Southern Japan – Fukuoka
I’ve deliberately started this post using a Google Maps (© Google) image rather than a great pic of the city as I’m fairly sure most people will be a little unsure where this city is located. To be honest, we knew almost nothing about Fukuoka before we entered Japan yet were oddly drawn to this southern Japanese city that does not feature on the standard tourist itinerary. I think our inspiration came from an article in Monocle magazine where the city was awarded the world’s 7th most livable city in 2016. Sounds worth a couple of hours on the shinkansen to check out right?
Our first mission on arrival was to go in search of cherry blossoms. When planning the trip we knew our timing would be very close to the start (and possibly peak bloom) of the season especially at our last couple of destinations so our timing for Fukuoka should have been almost perfect. We headed to Maizuru Park, which has thousands of trees and is meant to be spectacular in full bloom. Unfortunately, we were a few days early and only a handful of trees had started to open. The other attraction of the area, the ruins of Fukuoka Castle, were pretty disappointing and not worth the trip – grumpiness started to impact the group, especially Jen who was starting to get the feeling we had failed to time the blossom season. Fortunately, we found a very cool food stall / market area in the park that had a university student meets carnival style vibe (and most importantly sold great local craft beer). We knocked a couple of crafties back and enjoyed watching the young (20 something year old) local crowd and immediately sensed a different culture and more relaxed, less traditional vibe in Fukuoka versus the rest of Japan.
For day two we handed control of research and planning to Rob who (after consulting the Lonely Planet) set us off on a trip to Shika Island (Shikanoshima). Getting there required a train ride then a 45 minute bus ride (we hadn’t used many buses in Japan so this was cool – tip, no cash needed just touch on and off with same contactless card you use on the metro). Rob made a friend on the bus, a local lady from the island who although spoke little English would not stop chatting to Rob the entire time. We jumped off the bus, realised there was very little around and started a search for food. Google revealed only two real options. We walked past the first only to discover Rob’s special friend was inside – this seemed a good sign to check out option number two, a local restaurant named 海鮮レストラン 遊. With the help of Google translate giving us a very approximate idea of what we were ordering and my few words of Japanese we managed our way through for a pretty tasty lunch.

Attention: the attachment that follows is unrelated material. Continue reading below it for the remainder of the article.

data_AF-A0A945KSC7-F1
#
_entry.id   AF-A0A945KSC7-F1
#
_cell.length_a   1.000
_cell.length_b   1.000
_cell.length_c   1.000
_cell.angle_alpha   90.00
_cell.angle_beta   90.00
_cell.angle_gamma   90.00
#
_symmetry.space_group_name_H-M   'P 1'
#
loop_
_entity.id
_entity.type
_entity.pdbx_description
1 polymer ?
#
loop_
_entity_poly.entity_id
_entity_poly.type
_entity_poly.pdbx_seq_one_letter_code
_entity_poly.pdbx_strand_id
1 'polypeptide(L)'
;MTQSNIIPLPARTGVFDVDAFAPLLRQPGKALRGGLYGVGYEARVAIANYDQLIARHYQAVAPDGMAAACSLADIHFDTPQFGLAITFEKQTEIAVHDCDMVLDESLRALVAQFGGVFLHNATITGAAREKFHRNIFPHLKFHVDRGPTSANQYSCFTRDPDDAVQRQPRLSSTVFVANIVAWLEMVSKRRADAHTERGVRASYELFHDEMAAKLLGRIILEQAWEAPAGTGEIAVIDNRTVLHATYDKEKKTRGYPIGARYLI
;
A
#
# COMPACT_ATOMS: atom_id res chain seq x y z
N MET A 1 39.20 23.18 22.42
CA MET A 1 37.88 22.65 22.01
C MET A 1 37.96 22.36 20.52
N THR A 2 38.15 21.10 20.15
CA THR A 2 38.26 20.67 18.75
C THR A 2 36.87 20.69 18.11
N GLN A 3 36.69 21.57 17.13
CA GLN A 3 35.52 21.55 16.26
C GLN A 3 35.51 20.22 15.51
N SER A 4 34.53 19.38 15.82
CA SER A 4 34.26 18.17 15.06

After lunch we had a quick look around – the town is a very small fishing village and only took us 15 minutes to explore. We then set off to walk up a pretty steep path to Shiomi Park which offers views across the area. Lila and Rob made a good effort at walking up with us but eventually decided to bail out – our recent hiking has put us in pretty good shape for powering up hills – we may have found it harder at the start of the trip. Afterwards we waited an hour or so (buses are infrequent) and headed back to the city.
Excercise and hiking covered I can move on to the food and drink scene in Fukuoka as this is where it excels.